Top 10 Pregnancy Symptoms
If you have one or more of these symptoms, there's a chance you might be pregnant!
This is often your first clue that you are pregnant – your expected menstrual period just doesn’t happen, or it is very light (more like spotting). Most women have no periods during their pregnancies (and often for many months afterwards if they are breastfeeding), but a few will have what seem like light periods throughout.
This is the first sign of pregnancy for many women: extremely tender breasts. Whether or not you are planning to breastfeed, your breasts will start getting ready to make milk for your baby from the earliest weeks of your pregnancy. You may feel tingling, sensitivity or discomfort as new milk-producing ducts grow; you may also notice enlarged blue veins or that your nipple (and the skin around it) are darker in colour. A bra in a larger cup size may feel more comfortable now.
This is another classic sign! “Morning sickness” is a bit of a misnomer as many women feel nauseous all day long, but it is often worse when you first wake up. Frequent, small meals often help with this. (For more tips see 10 Natural Remedies for Morning Sickness.)
Frequent Urination & Constipation
Even when the baby is still quite tiny, your uterus is enlarging and putting pressure on your bladder and intestines. With your bladder reduced in size, you’ll find yourself needing to head to the bathroom more often, but the pressure often slows down the normal movement of food through your intestines, leaving you constipated. More fibre and fluids will help.
Related: When Will I Feel Pregnant?
Swelling of Hands and Feet
Especially in warm weather, many pregnant women find their feet and hands swell. Your shoes and rings may not fit, and socks with elastic may leave noticeable indentations. Try to elevate your feet when you can, and spend time in air-conditioned places when possible.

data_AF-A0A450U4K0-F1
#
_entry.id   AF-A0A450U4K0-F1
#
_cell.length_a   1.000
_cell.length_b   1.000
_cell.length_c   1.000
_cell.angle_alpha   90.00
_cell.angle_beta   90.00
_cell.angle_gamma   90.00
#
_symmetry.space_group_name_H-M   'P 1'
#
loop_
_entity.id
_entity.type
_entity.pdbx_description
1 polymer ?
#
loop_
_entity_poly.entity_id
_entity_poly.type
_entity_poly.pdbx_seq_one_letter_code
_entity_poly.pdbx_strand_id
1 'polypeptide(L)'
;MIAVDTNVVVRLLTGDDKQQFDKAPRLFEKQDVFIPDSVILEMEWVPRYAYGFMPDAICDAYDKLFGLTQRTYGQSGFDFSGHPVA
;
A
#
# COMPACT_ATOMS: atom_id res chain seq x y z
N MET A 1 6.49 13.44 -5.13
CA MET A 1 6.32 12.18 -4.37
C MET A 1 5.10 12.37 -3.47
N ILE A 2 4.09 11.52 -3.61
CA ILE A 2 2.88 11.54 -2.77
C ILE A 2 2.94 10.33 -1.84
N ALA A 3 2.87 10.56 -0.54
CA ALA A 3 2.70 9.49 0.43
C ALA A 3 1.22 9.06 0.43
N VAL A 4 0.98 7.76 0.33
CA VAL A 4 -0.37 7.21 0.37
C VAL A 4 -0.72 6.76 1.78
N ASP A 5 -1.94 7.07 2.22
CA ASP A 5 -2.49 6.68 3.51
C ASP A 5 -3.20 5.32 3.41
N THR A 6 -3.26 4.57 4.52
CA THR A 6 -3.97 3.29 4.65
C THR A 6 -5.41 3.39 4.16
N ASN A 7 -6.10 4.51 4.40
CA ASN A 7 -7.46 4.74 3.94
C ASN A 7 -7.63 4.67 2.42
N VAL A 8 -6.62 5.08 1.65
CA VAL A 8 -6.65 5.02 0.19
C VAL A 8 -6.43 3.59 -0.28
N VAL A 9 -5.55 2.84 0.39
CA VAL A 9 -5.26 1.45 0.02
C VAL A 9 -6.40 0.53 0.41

As your baby gets bigger, your stomach starts to feel the pressure and that often causes heartburn, even if you’ve never had it before. Again, small, frequent meals can help, or ask your doctor or midwife about remedies that are safe during pregnancy.
Yes, this is what will eventually get your baby OUT, but mild contractions are often felt during pregnancy as well. While they generally start near the end of a first pregnancy, with a second or third baby they often start earlier. Sometimes the contractions will be very strong and regular, but each one usually only lasts for a short time, and the intensity doesn’t increase.
As the skin over your belly stretches, you may develop stretch marks. These look like red stripes at first but fade to a silvery-white colour after the baby is born. You may also get stretch marks on your breasts because they have grown quickly, too.
During pregnancy, your blood increases in volume – and that, along with the pressure caused by swelling and increased weight can cause varicose veins in your legs or in your vagina and vulva. If these are causing you discomfort, talk to your midwife or doctor about treatment options.
Yes, many of the symptoms of pregnancy involve some discomfort – but here’s one you might like. Most pregnant women do look good! That’s partly because of increased blood volume and hormonal changes that add a pink flush to your cheeks. Your hair is also likely to be thicker and shinier because the hormones of pregnancy slow down normal hair loss (once the baby is born, you’ll find you lose more hair than usual – so don’t let that worry you, it’s just getting back to normal).